Este enfoque permite estudiar, en términos discursivos, no sólo el lenguaje en sí mismo, ni los textos, sino el tipo de relación que se establece entre estructura social y acción discursiva en contextos específicos, vinculados a las posiciones ocupadas en prácticas particulares. 

Este panel explorará el funcionamiento del lenguaje en relación con los problemas sociales que incluyen la desigualdad social y el abuso de poder, así como la resistencia por parte de los grupos sociales organizados. Teniendo en cuenta los contextos específicos y sus contingencias históricas, ¿cómo se utiliza el discurso para el mantenimiento de las prácticas de dominación con la exclusión social? Por otro lado, ¿De qué manera funciona como un foco de resistencia, especialmente en situaciones de movilización social?



Dentro de los temas posibles, se sugieren los siguientes:


• El funcionamiento social del lenguaje y la investigación sobre la exclusión / resistencia 

• Métodos de análisis textual: la texturización de la exclusión y la resistencia 

• La exclusión y la resistencia en los medios de comunicación 

• Etnografía: contextos de exclusión y de resistencia

• La ética en la investigación cualitativa 

Los análisis pueden incluir cualquier variedad de ámbitos culturales, históricos y políticos, como la educación, el trabajo, las políticas públicas, movimientos sociales, etc.


Les discours d`exclusion et de la résistance
Les études critiques du discours sont considérés “critiques” car son approche est relationnelle-dialectique, c`est à dire, est entraîné à comprendre comment fonctionne l`élément discursif dans la pratique sociale, en particulier concernant ses effets sur les luttes hégémoniques (Chouliaraki & Fairclough, 1999). Une théorie du fonctionnement social du langage doit prendre en compte les théories du fonctionnement de la société - et une question clé lors de la focalisation du changement social est la question de la relation entre structure et action, ou entre la société et l’individu (Ramalho & Resende, 2011).

La société offre des conditions de l`action humaine, mais n`existe que dans les actions humaines, qui utilisent toujours une certaine forme d`ordre social précédent (Bhaskar, 1998). Cette asymétrie temporelle entre la structure et l`action implique que leur relation n`est pas d`équivalents, ce qui conduit à une entité intermédiaire: le système position-pratique. Cette approche permet de se concentrer, en termes discursifs, pas à la langue elle-même, ni aux textes seuls, mais aux types de relations établies entre la structure sociale et l`action discursive dans des contextes spécifiques, liés à des positions occupées dans des pratiques particulières.

Ce panel explorera le fonctionnement du langage concernant des problèmes sociaux lies à l`inégalité sociale, l’abus de pouvoir ou la résistance de groupes sociaux organisés. Compte tenu des contextes spécifiques et de leurs contingences historiques, comment le discours est utilisé pour maintenir des pratiques de domination liés à l`exclusion sociale? D`autre part, comment il fonctionne comme un foyer de résistance, en particulier dans des situations de mobilisation sociale?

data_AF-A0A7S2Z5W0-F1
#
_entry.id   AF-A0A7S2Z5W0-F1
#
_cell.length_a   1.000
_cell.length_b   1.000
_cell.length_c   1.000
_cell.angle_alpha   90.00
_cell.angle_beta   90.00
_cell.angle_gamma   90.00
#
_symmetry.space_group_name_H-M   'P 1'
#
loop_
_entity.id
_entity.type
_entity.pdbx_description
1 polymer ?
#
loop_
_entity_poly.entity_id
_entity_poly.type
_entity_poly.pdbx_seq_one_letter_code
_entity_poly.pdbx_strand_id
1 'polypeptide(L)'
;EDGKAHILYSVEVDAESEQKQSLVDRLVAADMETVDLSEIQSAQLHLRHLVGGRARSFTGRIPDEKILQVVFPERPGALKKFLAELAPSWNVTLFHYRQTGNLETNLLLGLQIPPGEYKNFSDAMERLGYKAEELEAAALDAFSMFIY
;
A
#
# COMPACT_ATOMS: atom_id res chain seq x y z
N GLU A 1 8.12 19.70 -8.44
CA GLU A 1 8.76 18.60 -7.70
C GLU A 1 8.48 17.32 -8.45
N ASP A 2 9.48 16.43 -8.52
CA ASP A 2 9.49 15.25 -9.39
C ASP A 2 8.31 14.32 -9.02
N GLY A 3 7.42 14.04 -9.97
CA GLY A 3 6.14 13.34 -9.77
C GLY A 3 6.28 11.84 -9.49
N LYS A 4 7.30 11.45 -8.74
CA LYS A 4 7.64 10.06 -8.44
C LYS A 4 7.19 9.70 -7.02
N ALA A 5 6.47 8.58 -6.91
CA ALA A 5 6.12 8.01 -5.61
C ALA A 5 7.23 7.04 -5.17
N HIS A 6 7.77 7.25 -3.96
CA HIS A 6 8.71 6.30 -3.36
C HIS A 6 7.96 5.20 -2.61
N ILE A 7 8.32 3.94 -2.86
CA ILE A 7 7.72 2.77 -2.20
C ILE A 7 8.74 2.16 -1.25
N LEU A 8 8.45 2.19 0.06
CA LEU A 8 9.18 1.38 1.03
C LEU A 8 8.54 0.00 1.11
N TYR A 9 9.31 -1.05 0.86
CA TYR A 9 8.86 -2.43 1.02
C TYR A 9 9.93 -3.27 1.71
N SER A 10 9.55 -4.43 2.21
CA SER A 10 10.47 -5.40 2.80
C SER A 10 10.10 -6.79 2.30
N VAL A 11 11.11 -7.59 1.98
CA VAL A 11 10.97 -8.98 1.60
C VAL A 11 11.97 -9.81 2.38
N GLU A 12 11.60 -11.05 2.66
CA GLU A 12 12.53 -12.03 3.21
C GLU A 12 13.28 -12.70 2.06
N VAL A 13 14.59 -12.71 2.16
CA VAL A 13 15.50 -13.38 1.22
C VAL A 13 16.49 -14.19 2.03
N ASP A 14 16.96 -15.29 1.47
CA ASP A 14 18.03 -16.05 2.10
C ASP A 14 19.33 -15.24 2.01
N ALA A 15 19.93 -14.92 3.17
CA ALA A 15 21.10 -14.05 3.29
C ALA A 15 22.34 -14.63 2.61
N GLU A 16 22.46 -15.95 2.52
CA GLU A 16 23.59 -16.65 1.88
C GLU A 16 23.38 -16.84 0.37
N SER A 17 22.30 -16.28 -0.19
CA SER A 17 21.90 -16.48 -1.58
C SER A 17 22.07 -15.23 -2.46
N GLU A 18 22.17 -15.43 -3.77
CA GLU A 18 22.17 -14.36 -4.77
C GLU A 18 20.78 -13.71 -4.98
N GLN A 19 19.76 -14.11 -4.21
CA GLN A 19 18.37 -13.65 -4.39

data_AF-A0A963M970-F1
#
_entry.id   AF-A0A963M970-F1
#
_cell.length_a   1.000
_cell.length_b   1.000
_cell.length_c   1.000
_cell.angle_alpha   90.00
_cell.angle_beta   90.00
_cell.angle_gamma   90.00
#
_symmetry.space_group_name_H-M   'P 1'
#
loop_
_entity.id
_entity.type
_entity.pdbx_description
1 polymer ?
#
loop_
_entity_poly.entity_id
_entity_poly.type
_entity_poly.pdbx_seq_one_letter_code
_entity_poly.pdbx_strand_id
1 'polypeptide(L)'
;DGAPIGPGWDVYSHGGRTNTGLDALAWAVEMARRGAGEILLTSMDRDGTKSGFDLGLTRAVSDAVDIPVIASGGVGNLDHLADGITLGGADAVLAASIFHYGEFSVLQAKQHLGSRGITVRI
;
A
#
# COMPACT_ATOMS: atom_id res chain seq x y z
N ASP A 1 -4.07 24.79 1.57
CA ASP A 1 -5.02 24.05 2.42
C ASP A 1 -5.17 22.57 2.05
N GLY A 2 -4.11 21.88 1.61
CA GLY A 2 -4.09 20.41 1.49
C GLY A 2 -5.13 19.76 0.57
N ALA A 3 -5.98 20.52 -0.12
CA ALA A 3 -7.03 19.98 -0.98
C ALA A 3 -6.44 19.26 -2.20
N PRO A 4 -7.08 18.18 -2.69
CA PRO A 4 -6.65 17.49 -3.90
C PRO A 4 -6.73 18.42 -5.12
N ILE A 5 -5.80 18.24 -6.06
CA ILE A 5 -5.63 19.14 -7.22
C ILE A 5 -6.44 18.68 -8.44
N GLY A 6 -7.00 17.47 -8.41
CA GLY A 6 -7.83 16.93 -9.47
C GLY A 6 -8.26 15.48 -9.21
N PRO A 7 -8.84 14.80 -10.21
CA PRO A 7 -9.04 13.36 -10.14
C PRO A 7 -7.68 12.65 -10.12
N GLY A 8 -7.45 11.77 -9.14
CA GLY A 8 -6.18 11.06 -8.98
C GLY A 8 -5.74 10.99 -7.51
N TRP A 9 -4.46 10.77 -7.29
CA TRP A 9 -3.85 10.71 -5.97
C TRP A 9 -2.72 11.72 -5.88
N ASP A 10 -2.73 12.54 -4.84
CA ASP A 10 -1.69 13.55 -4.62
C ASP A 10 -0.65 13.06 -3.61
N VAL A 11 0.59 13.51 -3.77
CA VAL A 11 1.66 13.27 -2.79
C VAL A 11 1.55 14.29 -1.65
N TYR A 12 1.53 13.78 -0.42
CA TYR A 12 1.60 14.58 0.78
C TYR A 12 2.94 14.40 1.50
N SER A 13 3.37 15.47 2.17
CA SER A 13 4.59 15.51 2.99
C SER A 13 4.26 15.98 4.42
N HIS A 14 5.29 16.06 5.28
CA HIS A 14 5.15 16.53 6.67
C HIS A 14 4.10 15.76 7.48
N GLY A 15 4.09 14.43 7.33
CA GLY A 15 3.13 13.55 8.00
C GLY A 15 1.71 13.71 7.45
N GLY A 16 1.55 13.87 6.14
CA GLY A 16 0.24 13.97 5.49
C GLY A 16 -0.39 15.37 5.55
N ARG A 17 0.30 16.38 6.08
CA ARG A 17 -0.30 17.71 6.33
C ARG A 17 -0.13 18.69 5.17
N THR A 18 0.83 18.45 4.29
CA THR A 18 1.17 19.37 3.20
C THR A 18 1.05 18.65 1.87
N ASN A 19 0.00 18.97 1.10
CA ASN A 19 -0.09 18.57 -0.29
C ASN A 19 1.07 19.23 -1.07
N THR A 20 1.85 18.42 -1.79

Thèmes pour les soumissions d’articles peuvent inclure, mais ne sont pas limités à:
• Le fonctionnement social du langage et la recherche sur l`exclusion/ résistance

• Méthodes d`analyse textuelle: la texturage de l’exclusion et de la résistance

• L`exclusion et la résistance dans les médias

• L`ethnographie: contextes d`exclusion et de résistance

• L`éthique dans la recherche qualitative. Analyses peuvent inclure n`importe quelle variété de sphères culturelles, historiques et politiques, comme l`éducation, le travail, les politiques publiques, les mouvements sociaux etc.

 

Empowerment, language and the body

Joint session of RC25 Language and Society [host committee] and RC54 The Body in the Social Sciences
This panel will explore discourses on the body and empowerment:
1. How discourses of construct, reproduce and contest particular conceptions of empowerment relative to the body.
2. How discourses of embodiment construct, reproduce and contest particular notions of power.

We are particularly interested in papers that explore identity formation and empowerment through analyses of language and representation and which address possibilities for social change. Analyses may include any variety of cultural, historical and political spheres. Themes for paper submissions may include but are not limited to:

 

Language and discourse in online social media

Joint session of RC14 Sociology of Communication, Knowledge and Culture and RC25 Language and Society [host committee]
Online social media allow horizontal mediated interaction in real time across the world. The technologically-induced capacities and constraints of such interactions are drawing scholarly attention under the concept,"mediatised" communication (July 2011, Language and Communication).